• well modern fantasy as a genre is the exactly the building of mythologies. I mean, mythology is the pillar on which the whole modern fantasy genre stands. So I think it is quite difficult to bypass the idea of mythology when trying to create fantasy, whether it is Indian fantasy or any other.
      About relevance, I dont know. One just has to do stuff and see where it goes…

  8. valley said:

    you should probably call the piece ‘Losing my religion’!:)

  9. valley said:

    well i hope you find the answers from the great beyond! from my limited exposure, the comic book/movement as a new form of writing you’re trying to evolve with a distinct identity (perhaps yet hybrid considering most of one’s reference points are from the west) is a positive leap forward. however, while the form seems impressive in its execution — wish the content had a little more depth, perhaps more philosophical stuff. please do take this comment in the right spirit, i think it’s a laudable effort, just that the themes could be more diverse — i’ve seen some of the previews, visually well executed!

    is the form deliberately in favour of popular culture? just a query!

    • yes, the depth is of course lacking, and that is because most people doing these new comics are young people and need to mature. But one’s got to start somewhere so I just refrain from critical judgement on these beginners’ comics. I myself am a beginner and it will probably take me a few years and a few full length books to get somewhere.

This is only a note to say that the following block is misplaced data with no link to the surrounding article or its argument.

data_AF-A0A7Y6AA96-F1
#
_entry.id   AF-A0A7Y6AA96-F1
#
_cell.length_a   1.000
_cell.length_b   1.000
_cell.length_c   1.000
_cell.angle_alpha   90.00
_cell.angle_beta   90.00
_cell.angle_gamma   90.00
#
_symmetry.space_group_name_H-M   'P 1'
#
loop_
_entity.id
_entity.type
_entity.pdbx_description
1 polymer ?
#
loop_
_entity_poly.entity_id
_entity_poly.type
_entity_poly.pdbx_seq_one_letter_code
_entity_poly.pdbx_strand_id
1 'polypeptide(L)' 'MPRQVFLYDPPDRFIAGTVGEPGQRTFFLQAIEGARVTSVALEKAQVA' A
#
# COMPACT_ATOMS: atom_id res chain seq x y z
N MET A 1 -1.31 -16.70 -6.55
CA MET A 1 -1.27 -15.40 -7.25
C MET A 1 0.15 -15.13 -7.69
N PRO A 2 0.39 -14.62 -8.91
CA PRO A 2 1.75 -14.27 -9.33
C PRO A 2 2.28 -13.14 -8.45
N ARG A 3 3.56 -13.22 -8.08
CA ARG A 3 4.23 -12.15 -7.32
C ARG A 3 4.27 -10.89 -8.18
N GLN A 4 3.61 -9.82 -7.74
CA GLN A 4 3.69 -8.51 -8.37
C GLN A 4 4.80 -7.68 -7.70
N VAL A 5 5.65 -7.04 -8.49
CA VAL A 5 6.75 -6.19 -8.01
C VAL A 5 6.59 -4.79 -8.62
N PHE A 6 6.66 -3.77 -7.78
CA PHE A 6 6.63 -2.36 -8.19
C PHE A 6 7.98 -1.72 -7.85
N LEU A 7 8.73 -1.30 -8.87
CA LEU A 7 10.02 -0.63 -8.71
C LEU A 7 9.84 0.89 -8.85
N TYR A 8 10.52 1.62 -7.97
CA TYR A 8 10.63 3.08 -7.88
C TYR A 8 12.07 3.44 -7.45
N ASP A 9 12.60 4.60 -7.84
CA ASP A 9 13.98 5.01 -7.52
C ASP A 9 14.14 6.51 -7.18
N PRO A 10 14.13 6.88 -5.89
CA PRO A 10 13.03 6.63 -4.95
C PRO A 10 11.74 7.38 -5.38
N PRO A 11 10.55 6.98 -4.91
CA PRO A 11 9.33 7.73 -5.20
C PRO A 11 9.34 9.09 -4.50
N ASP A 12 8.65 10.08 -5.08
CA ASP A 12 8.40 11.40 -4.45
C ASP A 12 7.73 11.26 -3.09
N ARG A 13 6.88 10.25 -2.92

The ambition in terms of thematics and philosophical depth comes as one goes deeper and deeper into the comic medium.
      Just as words are mostly used to produce journalism or information rather than poetry, comics are mostly used to produce juvenile fantasies, and one can say that comics drawing’s tendency towards simplified forms can easily become the simple focus of primal energies. But to produce literature-as-comics, it needs a nurturing of one’s abilities and that happens gradually.
      I think, in general, the practice of literature is a ‘mature’ activity in that it requires the working out of a philosophical position and a conception of the world. Its not something that happens in youth. Of course there are exceptions where some young people become extraordinarily mature quickly due to their circumstances and burn out pretty fast, but in most cases, literature is a slow-burning activity that demands quite a lot from a person’s working life.
      I suppose as long as the focus is kept, it is possible to work out more and more ambitious themes in comics.

  10. valley said:

    thanks for that elaborate explanation! maybe it’s a sign of the times, the so-called information age which contantly inundates us with information all the time creating more zombies!

    …so many art forms tend to get dumbed-down in this increasingly schizophrenic and fast-paced life! there sure are positive sides for sure, so long as the form and content go-hand-in-hand and not back to the rut of tradition and conformity!

    as you said there are only those many exceptions who create something out-of-this world in their youth and sure enough burn out! As Rimbaud said, romanticism has never been properly judged. Who was there to judge it? The critics!

  11. valley said:

    and once again…please do take these comments in the right spirit…i’m just trying to understand this form and am sure it’ll go a long way!